Professional services beget high quality enterprise software revenues
Services are a prerequisite for enterprise sales, driving adoption and lifetime values
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Headwinds and belt tightening will inevitably result in consolidation and higher churn for software companies. Vendors are increasingly recognising the importance of Customer Success in preventing the snowballing effects of gross churn. Customer Success' transition from a cost centre to profit generator is particularly pronounced for bottom-up, PLG motions; last week we discussed how expanding to ten seats precipitated escape velocity in NRR and the product-led means to do so.
In the PLG zeitgeist, founders must not lose sight of the importance of professional services in moving upmarket to enterprise. Services like implementation, training, maintenance and support are paramount to driving retention, expansion, and second order revenue (e.g. referrals, references).
Chetan Puttagunta has previously described the role of professional services in acting as a bridge to enterprise adoption and multi-year recurring software revenues (emphasis mine):
And two examples that I think are really instructive are one Workday and Veeva, which in the early days of both companies, nearly 50% of their revenue was from services, and it was because they were going into enterprises that had very entrenched systems.
And so, to migrate from that into a cloud application required a lot of handholding, required a lot of training, required a lot of data migration. And these professional services contracts actually allow you to build these customer training tools and customer migration tools that then can be used against the next customer to help with that migration and training process go much faster.
An analogous bridge is how companies develop new GTM muscles: layering PLG onto a sales-driven GTM motion (or the inverse) is best executed in gradations, with a hybrid approach acting as a bridge in the interim.
The same principle applies to how professional services are a bridge to multi-year recurring revenue contracts; 'lower' quality professional services revenue begets high quality subscription revenue.
As we've discussed previously, platforms like SAP, Oracle, and Salesforce have maintained unassailable category leadership in their respective markets over decades. Startups have laid siege on these incumbents from many angles, but enterprises rarely countenance churning from implementations of systems of record. The longer the half-life of information flowing through a system of record, the higher the inertia to switch.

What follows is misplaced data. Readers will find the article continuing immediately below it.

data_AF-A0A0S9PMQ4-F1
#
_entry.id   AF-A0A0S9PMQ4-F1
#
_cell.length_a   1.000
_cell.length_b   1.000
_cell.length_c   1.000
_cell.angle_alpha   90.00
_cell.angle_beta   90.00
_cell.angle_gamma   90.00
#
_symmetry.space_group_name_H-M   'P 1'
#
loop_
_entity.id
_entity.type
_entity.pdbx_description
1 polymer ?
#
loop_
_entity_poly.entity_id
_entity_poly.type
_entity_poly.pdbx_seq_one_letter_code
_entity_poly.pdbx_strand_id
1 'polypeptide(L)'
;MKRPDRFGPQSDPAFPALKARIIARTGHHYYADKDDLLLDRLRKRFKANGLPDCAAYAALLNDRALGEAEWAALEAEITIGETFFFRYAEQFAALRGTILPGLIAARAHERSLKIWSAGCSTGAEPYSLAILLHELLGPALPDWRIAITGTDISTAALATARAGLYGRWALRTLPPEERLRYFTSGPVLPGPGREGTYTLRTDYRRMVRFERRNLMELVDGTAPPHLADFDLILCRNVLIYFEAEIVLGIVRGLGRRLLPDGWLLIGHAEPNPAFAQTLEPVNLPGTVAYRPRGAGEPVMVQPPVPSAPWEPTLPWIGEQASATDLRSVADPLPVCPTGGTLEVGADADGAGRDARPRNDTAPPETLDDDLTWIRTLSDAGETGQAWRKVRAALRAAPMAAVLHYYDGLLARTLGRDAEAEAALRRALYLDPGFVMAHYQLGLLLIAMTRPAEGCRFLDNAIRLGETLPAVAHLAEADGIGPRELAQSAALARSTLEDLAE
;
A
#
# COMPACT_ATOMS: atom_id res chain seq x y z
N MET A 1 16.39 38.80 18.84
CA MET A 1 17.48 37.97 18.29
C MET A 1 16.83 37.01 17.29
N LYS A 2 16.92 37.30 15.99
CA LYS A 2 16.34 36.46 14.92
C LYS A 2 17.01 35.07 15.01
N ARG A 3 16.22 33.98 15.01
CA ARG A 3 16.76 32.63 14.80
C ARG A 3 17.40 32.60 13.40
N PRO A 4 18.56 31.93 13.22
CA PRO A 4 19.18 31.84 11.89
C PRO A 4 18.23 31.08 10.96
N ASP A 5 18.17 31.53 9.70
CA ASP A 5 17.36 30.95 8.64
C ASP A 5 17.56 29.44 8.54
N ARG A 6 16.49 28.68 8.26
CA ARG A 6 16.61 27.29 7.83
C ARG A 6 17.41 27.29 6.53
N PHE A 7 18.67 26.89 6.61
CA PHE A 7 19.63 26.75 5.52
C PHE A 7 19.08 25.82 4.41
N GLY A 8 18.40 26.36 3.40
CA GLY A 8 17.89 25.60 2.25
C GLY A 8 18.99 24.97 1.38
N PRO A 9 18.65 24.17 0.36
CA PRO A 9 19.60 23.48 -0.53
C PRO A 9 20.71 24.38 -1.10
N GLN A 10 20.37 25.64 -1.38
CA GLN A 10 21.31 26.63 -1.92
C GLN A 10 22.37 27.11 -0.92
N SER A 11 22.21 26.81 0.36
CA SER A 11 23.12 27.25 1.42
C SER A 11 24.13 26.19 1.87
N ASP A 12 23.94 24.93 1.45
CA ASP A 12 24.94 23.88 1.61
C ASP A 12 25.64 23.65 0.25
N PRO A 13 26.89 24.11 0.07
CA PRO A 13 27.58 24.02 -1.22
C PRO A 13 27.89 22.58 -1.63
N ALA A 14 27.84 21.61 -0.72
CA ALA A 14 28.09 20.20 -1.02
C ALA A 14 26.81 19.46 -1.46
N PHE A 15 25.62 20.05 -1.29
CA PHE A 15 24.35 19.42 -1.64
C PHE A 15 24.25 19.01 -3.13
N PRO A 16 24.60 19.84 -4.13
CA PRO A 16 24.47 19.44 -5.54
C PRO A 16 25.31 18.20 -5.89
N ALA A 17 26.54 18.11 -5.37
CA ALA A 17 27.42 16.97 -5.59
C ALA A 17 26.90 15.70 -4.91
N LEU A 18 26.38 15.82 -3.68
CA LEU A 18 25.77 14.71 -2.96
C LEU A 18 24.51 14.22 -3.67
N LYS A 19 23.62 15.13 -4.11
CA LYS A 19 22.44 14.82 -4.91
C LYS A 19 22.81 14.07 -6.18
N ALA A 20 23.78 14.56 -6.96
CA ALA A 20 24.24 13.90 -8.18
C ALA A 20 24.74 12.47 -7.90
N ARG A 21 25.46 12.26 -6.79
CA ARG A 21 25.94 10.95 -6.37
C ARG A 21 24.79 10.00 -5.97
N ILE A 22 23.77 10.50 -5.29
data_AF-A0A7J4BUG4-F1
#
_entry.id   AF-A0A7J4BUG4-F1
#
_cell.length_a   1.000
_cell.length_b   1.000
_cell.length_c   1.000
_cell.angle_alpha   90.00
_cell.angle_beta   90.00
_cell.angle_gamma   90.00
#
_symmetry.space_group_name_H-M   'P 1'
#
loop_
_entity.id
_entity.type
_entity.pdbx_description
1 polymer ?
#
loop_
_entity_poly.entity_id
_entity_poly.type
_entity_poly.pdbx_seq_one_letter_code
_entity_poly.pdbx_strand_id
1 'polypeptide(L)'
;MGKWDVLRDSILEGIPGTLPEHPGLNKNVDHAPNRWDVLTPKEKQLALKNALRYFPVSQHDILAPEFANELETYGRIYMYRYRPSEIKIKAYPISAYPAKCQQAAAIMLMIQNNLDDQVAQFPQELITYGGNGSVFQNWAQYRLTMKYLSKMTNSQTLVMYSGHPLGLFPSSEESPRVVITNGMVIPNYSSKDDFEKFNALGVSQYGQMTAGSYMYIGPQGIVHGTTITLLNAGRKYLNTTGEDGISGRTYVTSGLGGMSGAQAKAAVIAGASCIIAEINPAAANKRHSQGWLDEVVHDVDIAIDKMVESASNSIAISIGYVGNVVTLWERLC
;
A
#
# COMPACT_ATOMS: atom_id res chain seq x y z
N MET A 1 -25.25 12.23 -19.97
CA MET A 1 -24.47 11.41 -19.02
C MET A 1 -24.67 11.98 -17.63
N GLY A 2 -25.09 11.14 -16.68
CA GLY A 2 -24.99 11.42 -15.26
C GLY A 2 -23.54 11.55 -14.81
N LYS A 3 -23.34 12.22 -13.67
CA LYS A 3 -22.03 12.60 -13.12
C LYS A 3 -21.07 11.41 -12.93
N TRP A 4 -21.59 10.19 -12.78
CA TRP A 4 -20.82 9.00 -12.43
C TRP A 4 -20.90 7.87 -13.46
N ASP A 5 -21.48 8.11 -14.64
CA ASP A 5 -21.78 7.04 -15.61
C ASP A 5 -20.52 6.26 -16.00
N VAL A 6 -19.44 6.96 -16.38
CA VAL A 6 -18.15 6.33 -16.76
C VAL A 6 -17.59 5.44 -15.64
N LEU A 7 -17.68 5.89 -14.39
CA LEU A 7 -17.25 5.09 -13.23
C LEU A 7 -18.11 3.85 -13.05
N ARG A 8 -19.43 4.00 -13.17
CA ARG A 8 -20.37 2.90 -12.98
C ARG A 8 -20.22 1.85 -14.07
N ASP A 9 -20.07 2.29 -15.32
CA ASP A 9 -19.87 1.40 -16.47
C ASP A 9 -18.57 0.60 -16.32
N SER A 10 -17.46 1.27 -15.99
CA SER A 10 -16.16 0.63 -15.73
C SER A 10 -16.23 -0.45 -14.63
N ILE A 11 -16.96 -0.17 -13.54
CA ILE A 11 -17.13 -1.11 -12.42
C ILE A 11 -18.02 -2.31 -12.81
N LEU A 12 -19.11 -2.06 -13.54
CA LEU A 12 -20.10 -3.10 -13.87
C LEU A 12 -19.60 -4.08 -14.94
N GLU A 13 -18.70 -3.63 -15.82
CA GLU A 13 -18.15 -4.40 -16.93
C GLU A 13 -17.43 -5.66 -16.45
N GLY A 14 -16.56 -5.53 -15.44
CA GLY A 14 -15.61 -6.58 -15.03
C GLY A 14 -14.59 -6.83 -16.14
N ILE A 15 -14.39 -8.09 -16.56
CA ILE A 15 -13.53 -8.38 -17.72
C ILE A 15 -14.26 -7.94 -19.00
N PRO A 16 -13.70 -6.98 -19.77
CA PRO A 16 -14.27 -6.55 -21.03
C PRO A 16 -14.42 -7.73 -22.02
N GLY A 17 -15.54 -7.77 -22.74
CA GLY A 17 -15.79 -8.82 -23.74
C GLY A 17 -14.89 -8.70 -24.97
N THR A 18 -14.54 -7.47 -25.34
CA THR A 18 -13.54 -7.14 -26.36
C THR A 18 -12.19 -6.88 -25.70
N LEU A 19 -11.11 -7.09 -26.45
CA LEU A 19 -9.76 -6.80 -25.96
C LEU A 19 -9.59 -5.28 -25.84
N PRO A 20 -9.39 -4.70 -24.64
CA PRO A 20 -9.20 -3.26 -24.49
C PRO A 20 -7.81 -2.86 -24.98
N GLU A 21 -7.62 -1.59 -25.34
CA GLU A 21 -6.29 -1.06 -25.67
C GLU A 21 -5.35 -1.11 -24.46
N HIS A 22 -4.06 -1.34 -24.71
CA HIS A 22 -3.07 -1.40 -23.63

‘You either got real center of mass and just high inertia to -- you put a lot in the database and moving it out is really painful.’ Miles Grimshaw
Implementation and activation for enterprise software requires integrations, configurations, training, and a host of other jobs-to-be-done for a team of project managers, solution architects, integrations engineers. Former Netsuite CEO Zach Nelson compared an ERP deployment to a heart transplant, given the volume of change management entailed in implementing a system of record.
‘ERP systems like SAP and Netsuite are hard to displace as each implementation is a unique, multi-quarter process to integrate the ERP system with many other vendors inside an enterprise.’ Elad Gil
Once business-critical software is deployed, a range of variables (workflows, integrations, user training) compound to lock customers in:
‘If we expect to get 15, 20, or 25-year lifetime values, it’s the regrooved business processes, extensive configuration, data conversion, integrations, and enterprise-wide training that will ensure the software sticks around.’ Zac Bookman
Margins on professional services can vary from break-even (e.g. Confluent, Workday) to 35% (e.g. Qualtrics) - hardly software-like margins, but that's beside the point.
Best-in-class professional services teams share the same north star as customer success teams - the goal is to align the success of the customer with the software. This manifests in performance reviews that evaluate a professional services’ team’s success against leading indicators of retention and expansion, i.e. NPS, activation, second-order revenue.
Companies hunting elephants and whales can deliver professional services in-house (e.g. Qualtrics) or via service partners (e.g. Salesforce, Workday), but as long as professional services revenue is less than 25% of the overall revenue base, the market will continue to value the company as a SaaS business with commensurate premiums. UiPath accrues as much as 38% of its revenue from maintenance and support, though with a traditional license-based model.
The effectiveness of professional services goes beyond driving adoption and retention; bundling professional services with your software is imperative to unseating existing systems of record and lowering the cost of switching. As much as a buyer can complain about legacy ERPs, CRMs and HCM software, the various dimensions of lock-in we’ve discussed can induce obstinance.
A superior software product without the requisite professional services to deploy and activate it wouldn’t be able to challenge for those budgets. Investing in a best-in-class services offering increases conversion of both segments that have incumbent software and greenfield opportunities.
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